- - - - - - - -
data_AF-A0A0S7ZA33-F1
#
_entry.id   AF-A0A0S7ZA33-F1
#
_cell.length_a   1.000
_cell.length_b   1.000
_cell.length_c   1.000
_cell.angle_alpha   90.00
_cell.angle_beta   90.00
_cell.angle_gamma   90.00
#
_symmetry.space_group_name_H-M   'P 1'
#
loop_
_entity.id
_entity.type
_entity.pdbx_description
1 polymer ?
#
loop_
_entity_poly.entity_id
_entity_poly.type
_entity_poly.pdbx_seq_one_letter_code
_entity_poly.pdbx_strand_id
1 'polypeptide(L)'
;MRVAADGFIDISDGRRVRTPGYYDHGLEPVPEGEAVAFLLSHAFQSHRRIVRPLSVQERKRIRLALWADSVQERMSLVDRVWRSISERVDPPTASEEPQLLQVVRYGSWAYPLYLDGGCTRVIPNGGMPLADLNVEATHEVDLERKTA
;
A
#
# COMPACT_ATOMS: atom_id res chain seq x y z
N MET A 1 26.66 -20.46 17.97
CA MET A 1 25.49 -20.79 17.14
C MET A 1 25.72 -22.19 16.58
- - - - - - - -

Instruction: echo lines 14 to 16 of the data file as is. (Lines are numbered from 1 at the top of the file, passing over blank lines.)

loop_
_entity.id
_entity.type